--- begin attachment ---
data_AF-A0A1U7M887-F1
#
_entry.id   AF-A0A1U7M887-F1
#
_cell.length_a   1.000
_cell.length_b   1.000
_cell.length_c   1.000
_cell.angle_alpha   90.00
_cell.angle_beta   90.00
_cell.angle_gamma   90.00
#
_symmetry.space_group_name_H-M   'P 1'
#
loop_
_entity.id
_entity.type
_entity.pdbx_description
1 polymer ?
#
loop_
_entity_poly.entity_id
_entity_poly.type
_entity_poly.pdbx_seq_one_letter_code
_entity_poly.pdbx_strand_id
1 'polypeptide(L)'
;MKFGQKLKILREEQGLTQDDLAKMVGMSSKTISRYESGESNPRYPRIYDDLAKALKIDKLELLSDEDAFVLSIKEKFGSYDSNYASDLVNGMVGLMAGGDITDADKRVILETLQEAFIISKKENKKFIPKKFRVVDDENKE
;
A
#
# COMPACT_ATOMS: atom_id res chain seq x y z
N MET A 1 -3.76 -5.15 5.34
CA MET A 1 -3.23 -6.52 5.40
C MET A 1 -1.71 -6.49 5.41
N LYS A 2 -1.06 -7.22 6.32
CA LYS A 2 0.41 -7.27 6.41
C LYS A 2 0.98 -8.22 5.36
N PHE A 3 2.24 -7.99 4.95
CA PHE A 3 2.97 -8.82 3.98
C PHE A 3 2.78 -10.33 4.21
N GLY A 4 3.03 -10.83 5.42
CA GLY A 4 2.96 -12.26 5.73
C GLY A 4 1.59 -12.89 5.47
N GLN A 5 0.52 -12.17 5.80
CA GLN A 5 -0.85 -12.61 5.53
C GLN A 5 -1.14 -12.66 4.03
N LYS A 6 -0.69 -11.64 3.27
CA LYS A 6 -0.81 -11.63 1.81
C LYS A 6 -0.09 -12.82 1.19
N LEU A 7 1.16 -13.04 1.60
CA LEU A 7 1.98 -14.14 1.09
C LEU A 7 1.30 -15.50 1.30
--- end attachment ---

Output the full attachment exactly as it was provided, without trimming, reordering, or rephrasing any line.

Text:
data_AF-A0A1U7M887-F1
#
_entry.id   AF-A0A1U7M887-F1
#
_cell.length_a   1.000
_cell.length_b   1.000
_cell.length_c   1.000
_cell.angle_alpha   90.00
_cell.angle_beta   90.00
_cell.angle_gamma   90.00
#
_symmetry.space_group_name_H-M   'P 1'
#
loop_
_entity.id
_entity.type
_entity.pdbx_description
1 polymer ?
#
loop_
_entity_poly.entity_id
_entity_poly.type
_entity_poly.pdbx_seq_one_letter_code
_entity_poly.pdbx_strand_id
1 'polypeptide(L)'
;MKFGQKLKILREEQGLTQDDLAKMVGMSSKTISRYESGESNPRYPRIYDDLAKALKIDKLELLSDEDAFVLSIKEKFGSYDSNYASDLVNGMVGLMAGGDITDADKRVILETLQEAFIISKKENKKFIPKKFRVVDDENKE
;
A
#
# COMPACT_ATOMS: atom_id res chain seq x y z
N MET A 1 -3.76 -5.15 5.34
CA MET A 1 -3.23 -6.52 5.40
C MET A 1 -1.71 -6.49 5.41
N LYS A 2 -1.06 -7.22 6.32
CA LYS A 2 0.41 -7.27 6.41
C LYS A 2 0.98 -8.22 5.36
N PHE A 3 2.24 -7.99 4.95
CA PHE A 3 2.97 -8.82 3.98
C PHE A 3 2.78 -10.33 4.21
N GLY A 4 3.03 -10.83 5.42
CA GLY A 4 2.96 -12.26 5.73
C GLY A 4 1.59 -12.89 5.47
N GLN A 5 0.52 -12.17 5.80
CA GLN A 5 -0.85 -12.61 5.53
C GLN A 5 -1.14 -12.66 4.03
N LYS A 6 -0.69 -11.64 3.27
CA LYS A 6 -0.81 -11.63 1.81
C LYS A 6 -0.09 -12.82 1.19
N LEU A 7 1.16 -13.04 1.60
CA LEU A 7 1.98 -14.14 1.09
C LEU A 7 1.30 -15.50 1.30